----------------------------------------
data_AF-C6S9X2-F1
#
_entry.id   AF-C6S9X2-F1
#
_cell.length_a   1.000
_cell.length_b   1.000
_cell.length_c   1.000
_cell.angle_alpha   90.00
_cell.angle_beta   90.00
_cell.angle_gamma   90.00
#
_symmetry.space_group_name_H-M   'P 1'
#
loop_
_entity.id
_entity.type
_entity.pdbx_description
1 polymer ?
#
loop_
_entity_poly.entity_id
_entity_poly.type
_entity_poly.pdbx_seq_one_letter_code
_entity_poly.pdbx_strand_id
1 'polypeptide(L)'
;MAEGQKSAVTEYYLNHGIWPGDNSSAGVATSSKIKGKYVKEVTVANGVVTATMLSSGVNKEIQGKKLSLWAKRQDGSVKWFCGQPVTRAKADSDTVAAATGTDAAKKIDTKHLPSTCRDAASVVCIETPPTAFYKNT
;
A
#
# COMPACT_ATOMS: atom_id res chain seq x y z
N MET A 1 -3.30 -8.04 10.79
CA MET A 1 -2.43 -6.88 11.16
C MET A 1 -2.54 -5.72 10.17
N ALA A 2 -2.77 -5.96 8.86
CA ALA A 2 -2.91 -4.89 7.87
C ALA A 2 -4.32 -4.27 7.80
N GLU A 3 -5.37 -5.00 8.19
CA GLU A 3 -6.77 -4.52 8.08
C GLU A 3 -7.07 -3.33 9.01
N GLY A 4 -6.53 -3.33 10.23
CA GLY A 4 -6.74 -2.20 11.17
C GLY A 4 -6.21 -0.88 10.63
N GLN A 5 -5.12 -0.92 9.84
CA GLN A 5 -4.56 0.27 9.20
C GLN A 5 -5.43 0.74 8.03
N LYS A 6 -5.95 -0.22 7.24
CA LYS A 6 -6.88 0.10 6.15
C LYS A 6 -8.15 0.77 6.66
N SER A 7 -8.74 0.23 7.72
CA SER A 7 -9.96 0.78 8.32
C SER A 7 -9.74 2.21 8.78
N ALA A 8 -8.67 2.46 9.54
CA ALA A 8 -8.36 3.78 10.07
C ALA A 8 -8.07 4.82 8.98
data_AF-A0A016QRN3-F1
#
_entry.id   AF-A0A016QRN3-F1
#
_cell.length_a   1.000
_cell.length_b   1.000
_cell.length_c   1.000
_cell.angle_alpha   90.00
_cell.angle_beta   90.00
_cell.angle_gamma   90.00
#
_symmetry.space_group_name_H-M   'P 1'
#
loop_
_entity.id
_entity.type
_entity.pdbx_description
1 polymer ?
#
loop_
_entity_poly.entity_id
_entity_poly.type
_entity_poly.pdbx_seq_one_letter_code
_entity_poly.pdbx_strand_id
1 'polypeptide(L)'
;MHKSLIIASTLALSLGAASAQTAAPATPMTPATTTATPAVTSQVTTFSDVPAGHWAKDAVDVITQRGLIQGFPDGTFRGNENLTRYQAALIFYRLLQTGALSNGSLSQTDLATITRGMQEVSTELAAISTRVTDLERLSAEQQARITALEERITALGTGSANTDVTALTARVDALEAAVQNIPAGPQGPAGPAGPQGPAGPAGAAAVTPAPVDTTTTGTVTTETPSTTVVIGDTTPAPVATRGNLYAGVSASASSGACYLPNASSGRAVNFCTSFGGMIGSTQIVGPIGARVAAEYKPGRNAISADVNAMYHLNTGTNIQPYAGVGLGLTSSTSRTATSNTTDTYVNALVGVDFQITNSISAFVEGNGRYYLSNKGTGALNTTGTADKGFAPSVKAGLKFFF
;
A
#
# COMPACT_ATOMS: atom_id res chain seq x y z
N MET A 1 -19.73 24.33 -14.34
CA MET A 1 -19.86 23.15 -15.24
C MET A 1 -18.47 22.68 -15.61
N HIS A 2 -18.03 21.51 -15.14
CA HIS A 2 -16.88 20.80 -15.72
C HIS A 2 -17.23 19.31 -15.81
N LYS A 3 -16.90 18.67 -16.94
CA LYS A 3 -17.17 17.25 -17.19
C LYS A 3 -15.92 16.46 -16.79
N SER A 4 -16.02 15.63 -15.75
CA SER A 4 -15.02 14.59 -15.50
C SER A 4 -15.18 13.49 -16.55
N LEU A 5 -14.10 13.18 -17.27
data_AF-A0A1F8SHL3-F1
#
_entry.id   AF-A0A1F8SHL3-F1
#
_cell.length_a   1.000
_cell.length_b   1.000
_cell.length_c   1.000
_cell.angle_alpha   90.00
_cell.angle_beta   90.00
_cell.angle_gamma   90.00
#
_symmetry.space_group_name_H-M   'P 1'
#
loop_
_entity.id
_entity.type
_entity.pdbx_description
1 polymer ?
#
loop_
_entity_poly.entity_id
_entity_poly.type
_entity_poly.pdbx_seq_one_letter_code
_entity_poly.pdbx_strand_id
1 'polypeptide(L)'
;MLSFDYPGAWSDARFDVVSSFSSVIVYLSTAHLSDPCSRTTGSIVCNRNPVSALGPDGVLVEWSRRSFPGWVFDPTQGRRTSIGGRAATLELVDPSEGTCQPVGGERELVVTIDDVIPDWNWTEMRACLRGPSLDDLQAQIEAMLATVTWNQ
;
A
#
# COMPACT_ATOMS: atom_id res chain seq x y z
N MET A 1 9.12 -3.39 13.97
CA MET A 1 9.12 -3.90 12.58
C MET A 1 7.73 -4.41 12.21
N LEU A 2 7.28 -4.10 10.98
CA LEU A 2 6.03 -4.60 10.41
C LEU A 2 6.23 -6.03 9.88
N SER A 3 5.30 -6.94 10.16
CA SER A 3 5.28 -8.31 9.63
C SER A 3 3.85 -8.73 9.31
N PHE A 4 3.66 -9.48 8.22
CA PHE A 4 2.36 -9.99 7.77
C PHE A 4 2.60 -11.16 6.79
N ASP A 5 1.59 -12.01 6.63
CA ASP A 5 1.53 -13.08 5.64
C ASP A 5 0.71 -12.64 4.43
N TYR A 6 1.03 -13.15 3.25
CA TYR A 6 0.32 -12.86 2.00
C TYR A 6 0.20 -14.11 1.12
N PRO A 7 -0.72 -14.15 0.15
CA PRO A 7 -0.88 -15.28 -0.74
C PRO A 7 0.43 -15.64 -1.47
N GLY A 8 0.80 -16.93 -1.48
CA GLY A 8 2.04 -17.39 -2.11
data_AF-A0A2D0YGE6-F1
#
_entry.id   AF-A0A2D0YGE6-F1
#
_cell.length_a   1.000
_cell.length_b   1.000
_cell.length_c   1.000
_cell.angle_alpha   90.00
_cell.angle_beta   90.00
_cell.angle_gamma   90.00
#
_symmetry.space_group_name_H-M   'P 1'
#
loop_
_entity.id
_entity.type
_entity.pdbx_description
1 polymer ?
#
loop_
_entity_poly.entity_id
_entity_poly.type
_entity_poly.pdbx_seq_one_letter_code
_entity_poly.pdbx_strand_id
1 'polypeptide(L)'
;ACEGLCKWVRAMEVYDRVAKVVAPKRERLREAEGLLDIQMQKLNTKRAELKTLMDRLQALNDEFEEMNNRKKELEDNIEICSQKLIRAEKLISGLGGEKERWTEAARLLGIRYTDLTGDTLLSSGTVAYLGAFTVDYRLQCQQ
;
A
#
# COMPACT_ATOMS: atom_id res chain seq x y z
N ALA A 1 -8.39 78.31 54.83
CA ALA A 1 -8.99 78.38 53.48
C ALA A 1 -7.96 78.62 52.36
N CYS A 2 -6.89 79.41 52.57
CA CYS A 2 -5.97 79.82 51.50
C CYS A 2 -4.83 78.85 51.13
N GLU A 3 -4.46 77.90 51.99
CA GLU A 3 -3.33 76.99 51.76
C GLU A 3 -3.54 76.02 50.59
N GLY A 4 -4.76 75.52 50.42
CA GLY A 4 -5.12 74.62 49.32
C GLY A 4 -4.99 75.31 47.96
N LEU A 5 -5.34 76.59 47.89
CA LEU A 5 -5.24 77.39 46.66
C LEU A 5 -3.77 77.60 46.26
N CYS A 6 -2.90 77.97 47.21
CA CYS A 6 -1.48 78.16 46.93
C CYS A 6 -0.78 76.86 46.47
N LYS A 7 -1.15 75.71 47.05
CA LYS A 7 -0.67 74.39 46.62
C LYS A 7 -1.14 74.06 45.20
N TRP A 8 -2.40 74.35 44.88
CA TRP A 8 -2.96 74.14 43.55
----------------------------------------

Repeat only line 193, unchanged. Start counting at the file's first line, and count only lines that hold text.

N LEU A 5 -5.34 76.59 47.89